It’s time for college students to head off to school, either returning to campus or moving in for the first time. There’s a lot to do before then, so make it a priority to have your son or daughter vaccinated for meningococcal disease.
“Meningococcal disease is a serious illness that can lead to bacterial meningitis,” says family medicine doctor Afaaq Siddiqui, M.D. “This disease can affect anyone, even very healthy people. More commonly, it affects infants, young adults and people with weakened immune systems.” Dr. Siddiqui also notes that people traveling to certain countries likes sub-Saharan Africa may be at risk and may need the meningitis vaccine.
Often, the first symptoms are mistaken for the flu. Fever, nausea, headaches and neck stiffness are common symptoms of both. But the neck stiffness and muscle pains of meningococcal disease are more intense.
Meningococcal disease must be treated. As a case gets more severe, meningitis (an infection of the lining of the brain and spinal cord) and blood infections can occur. Because of this, a majority of untreated cases result in death. It is important to watch for symptoms so cases can be treated as quickly as possible. However, even those who survive can experience long-term effects such as brain damage or hearing loss.
Preventing Meningococcal Disease & Bacterial Meningitis
“Meningococcal disease can spread through coughing or sharing a drink, as well as in close quarters such as a family home or a residential hall,” says Dr. Siddiqui. “So it’s important that students are vaccinated for the most common types before they go off to college.”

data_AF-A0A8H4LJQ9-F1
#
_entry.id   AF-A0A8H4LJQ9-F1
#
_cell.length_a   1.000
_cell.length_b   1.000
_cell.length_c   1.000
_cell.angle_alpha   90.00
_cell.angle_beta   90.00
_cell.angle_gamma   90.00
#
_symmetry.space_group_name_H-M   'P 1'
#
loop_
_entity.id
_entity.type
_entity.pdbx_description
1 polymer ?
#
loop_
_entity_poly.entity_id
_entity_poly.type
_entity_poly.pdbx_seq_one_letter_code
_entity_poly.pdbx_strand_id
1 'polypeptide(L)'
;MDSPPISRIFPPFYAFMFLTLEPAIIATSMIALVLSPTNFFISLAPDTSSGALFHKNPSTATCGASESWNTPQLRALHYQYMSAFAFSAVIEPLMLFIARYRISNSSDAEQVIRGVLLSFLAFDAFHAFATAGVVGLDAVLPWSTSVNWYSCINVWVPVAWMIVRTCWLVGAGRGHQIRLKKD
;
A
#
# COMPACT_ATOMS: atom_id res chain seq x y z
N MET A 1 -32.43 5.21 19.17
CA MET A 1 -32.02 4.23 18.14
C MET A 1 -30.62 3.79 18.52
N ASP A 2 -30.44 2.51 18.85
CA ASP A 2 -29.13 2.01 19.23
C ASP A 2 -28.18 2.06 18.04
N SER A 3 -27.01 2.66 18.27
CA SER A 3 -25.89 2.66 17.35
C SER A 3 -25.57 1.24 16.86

The most common types of meningococcal disease are A, B, C, W and Y. Fortunately, most schools require all students (or at least the ones living in dorms) to have the ACWY vaccination (MenACWY). However, because this vaccination does not cover the B type, there have been several cases of college-aged students contracting this disease and resulting in some deaths due to meningitis.
The meningococcal B vaccination (MenB) has only recently become available to the public. Although it is more commonly recommended for lab workers handling the bacteria and people with weakened immune systems, the vaccine is also available to teens and young adults ages 16-23.
If you are concerned about younger kids who participate in sports and are in close quarters with kids their age, Dr. Siddiqui recommends that you make sure they have had the MenACWY vaccine. This is usually administered around age 11-12 with an additional booster given at 16. Finally, talk to your child’s physician about when would be an appropriate time for them to get the MenB vaccine.
To schedule an appointment with a Henry Ford primary care doctor, visit henryford.com or call 1-800-HENRYFORD (436-7936).
Dr. Afaaq Siddiqui is a family medicine doctor who sees patients of all ages at Henry Ford Medical Center - Beck Road